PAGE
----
South Korea, the United States and Japan on Tuesday activated a system to share real-time data on North Korean missile launches, Seoul’s defence ministry said, as the three countries seek to bolster security cooperation against the nuclear-armed North.
The announcement came a day after Pyongyang conducted its third test launch of its Hwasong-18 intercontinental ballistic missile, the largest weapon in its arsenal.
“The full operational capability of the real-time sharing system for North Korean missile warning data was confirmed through a recent pre-evaluation and is currently in normal operation,” the ministry said in a statement.
“The three countries established the system to ensure the safety of its citizens… by detecting and evaluating missiles launched by North Korea in real time,” it added.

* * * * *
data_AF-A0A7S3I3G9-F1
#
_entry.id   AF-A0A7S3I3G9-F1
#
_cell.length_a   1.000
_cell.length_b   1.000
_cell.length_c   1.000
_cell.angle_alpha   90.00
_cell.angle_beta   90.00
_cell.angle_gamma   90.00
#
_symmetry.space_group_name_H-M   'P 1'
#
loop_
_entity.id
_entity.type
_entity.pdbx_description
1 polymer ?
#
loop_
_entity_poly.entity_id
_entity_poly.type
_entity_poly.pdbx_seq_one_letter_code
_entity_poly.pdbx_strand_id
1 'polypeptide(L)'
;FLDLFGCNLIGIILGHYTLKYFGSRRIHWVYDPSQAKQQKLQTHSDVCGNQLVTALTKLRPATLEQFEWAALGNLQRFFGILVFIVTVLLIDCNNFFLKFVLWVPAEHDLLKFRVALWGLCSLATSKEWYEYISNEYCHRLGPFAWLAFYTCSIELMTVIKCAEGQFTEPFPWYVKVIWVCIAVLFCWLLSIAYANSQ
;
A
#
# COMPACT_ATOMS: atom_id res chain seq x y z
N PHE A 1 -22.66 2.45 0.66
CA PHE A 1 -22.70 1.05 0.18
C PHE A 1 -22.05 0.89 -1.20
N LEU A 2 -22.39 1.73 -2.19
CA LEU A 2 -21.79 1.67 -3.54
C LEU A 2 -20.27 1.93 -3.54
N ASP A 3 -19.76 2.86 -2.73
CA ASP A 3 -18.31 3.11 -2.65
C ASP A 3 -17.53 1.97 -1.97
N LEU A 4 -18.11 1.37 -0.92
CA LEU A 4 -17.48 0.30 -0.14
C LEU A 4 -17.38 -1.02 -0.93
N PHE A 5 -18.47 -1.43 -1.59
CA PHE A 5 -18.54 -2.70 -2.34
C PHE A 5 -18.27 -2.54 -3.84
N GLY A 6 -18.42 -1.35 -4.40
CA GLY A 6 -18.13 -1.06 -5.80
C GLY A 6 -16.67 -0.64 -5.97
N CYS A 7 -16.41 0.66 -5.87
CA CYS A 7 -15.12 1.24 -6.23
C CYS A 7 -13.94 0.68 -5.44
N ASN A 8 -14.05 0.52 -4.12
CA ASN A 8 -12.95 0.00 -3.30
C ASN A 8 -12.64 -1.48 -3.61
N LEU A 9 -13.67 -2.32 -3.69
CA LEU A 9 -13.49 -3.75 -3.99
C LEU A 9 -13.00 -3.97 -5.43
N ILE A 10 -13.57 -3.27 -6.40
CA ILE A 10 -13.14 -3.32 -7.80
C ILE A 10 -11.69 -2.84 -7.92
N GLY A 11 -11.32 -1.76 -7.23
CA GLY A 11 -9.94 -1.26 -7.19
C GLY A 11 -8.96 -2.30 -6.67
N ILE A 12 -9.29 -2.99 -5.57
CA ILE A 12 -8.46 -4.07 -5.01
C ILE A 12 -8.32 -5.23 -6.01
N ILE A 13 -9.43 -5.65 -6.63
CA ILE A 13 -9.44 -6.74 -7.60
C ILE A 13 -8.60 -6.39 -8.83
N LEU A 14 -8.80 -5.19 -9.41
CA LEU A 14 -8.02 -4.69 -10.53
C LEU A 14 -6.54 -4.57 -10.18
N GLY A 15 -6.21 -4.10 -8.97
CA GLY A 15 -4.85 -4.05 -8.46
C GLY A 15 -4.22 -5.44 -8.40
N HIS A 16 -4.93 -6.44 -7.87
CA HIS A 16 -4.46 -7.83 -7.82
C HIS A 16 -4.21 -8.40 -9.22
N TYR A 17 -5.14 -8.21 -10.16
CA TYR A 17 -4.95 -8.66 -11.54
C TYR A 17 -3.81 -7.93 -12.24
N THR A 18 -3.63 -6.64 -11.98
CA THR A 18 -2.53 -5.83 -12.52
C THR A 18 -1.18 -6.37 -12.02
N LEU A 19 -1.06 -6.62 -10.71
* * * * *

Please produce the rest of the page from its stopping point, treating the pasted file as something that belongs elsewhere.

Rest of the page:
The data-sharing system was part of an agreement between the defence chiefs of the three countries last month, which also included setting up multi-year plans for trilateral military exercises.
The ministers were following up on agreements reached by their leaders at a three-way summit hosted by U.S. President Joe Biden at Camp David in August.
North Korean leader Kim Jong Un, who personally oversaw the latest launch, said it demonstrated options that Pyongyang would take “when Washington makes the wrong decision”.
Seoul and Washington have ramped up defence cooperation in the face of a record-breaking series of weapons tests by Pyongyang this year.
South Korea’s conservative government of President Yoon Suk Yeol has also made a concerted effort to improve historically strained ties with Japan, the country’s former colonial ruler.
The Camp David meeting marked the first time the three leaders had met for a standalone summit, rather than on the sidelines of a larger event.